What is the challenge? The bottom third of the bed showed good extraction efficiency.  From there the CO2 found its way preferentially to the left side of the vessel resulting is an extraction difference on the left versus the right side. The top third of the vessel poorly extracted. With a starting 18% potency the bed is between 30% and 45% extracted.
Figure 4. Test of eluent from CO2 extraction. Showing variances depending on bed position.

Considerations for extraction efficiency improvements

The direction of flow, or the change of flow during the extraction process.
Is there Non-consistent flow throughout the vessel?  
a. Is there a difference in the percentage from the bottom to the top? The extraction may not have run to completion.  For example, there may be less than 1% CBDA left on the bottom and as much as 10% left in the top and 4% in the middle.
b. Is there a difference in the percentage between the three, with the middle having a higher percentage than the top and bottom? This would infer there may be channeling in the middle of the extractor, losing valuable material.
c. Is there a difference where material near the side at the bottom of the vessel is higher than the middle? The flow material into the vessel is not reaching the sides.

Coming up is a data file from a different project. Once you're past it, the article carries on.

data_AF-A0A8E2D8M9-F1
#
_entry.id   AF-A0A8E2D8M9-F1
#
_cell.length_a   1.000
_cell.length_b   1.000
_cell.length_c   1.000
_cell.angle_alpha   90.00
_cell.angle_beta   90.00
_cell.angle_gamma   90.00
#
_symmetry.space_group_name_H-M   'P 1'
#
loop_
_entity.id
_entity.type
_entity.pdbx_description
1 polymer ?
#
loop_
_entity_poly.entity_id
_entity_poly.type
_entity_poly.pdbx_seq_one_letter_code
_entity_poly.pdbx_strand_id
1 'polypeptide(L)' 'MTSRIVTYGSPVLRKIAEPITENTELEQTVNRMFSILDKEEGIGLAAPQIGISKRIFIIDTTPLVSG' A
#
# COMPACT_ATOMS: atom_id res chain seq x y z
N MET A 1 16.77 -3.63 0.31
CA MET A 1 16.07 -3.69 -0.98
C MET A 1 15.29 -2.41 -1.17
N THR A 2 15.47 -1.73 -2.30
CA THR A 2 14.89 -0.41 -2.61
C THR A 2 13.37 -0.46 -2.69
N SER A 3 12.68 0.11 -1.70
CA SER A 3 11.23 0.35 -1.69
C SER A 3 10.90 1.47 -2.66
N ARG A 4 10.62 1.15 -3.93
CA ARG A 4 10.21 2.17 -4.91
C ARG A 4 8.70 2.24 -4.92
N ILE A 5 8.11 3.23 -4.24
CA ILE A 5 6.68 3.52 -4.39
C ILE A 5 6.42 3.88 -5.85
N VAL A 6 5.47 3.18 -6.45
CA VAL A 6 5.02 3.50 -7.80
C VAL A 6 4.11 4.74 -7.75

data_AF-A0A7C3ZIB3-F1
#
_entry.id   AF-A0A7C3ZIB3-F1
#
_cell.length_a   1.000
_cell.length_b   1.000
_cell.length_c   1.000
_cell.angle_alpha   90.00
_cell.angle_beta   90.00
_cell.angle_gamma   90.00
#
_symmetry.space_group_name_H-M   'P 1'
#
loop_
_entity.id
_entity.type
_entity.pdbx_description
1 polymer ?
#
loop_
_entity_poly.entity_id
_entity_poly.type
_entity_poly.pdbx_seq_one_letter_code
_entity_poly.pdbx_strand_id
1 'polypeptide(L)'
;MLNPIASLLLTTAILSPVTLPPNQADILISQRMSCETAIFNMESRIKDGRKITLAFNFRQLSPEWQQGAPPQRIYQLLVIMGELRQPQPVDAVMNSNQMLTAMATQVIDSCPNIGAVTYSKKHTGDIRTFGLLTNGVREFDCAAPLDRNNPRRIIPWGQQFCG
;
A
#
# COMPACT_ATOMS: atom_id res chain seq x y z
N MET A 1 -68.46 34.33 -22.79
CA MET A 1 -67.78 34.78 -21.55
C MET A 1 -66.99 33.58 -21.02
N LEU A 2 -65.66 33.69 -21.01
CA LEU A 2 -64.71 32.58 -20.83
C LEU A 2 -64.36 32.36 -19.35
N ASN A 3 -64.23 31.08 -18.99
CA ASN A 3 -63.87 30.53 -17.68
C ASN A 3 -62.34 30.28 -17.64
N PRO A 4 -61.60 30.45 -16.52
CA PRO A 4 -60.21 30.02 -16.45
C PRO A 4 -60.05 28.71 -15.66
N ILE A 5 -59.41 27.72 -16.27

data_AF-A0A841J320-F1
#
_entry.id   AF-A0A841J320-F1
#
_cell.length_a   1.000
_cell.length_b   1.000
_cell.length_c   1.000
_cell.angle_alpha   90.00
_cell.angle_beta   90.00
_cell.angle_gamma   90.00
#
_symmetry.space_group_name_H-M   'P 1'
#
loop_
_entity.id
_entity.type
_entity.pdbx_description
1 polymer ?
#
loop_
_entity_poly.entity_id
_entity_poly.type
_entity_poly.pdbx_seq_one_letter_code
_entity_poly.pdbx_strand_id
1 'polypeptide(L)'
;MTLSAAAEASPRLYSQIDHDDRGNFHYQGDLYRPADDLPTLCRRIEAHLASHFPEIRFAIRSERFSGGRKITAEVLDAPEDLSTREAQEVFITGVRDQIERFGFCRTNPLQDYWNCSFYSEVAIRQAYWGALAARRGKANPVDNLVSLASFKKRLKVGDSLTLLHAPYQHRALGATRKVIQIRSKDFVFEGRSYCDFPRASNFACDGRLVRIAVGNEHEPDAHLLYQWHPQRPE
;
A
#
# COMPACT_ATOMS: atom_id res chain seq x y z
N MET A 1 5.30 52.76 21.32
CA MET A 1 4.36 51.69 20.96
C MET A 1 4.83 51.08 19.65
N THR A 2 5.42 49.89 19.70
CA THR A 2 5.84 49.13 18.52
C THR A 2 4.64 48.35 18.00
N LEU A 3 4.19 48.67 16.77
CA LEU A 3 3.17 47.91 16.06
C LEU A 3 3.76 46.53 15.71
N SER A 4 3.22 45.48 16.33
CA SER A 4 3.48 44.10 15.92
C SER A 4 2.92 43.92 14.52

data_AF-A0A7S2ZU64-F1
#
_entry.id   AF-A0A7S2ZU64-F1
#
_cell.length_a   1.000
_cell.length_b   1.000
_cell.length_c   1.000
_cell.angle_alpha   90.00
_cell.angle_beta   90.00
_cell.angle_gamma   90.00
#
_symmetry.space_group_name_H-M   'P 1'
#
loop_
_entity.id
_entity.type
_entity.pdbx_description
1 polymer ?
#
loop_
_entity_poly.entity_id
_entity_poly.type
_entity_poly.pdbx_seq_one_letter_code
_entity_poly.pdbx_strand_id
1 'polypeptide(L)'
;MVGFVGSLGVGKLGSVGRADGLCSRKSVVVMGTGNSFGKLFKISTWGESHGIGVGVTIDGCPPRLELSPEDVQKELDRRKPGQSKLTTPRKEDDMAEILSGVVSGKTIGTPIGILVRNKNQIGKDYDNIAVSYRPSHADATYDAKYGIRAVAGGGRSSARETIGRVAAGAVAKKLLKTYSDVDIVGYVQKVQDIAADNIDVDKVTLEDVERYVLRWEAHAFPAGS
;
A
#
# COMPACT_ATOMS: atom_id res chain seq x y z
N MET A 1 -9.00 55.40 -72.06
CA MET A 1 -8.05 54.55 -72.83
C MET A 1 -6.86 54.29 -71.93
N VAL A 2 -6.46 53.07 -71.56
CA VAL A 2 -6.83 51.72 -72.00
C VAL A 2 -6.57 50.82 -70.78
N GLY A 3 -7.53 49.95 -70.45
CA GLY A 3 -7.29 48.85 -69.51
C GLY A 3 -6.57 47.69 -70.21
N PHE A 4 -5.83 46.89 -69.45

Was the flow consistent throughout the vessel?
a. CBDA values over 10% means the extraction was not run. In this case 50% of the CBDA remains in the starting material.
b. All tested values are less than 1% CBDA? The extraction was complete.  This result provides a potential opportunity to reduce the extraction times (with this variety of plant) with a resulting daily output increase.
These analyses can then be performed for the dewaxing and distillation processes in the same manner by testing the feedstock prior to and after dewaxing and distillation.
A recent paper examined this experimental approach by utilising UHPSFC chromatography to monitor the extraction method and each phase of the workflow [6].  
After changing the extraction conditions, the second experiment showed improved extraction efficiencies and reduced CBDA residue levels (Figure 5).
Figure 5. Testing of eluent after changing conditions. The table on the left shows some material still present in the extracted bed but within expectations. The table on the right shows no residual material therefore going to completion. The material in the middle looks the same.

Conclusions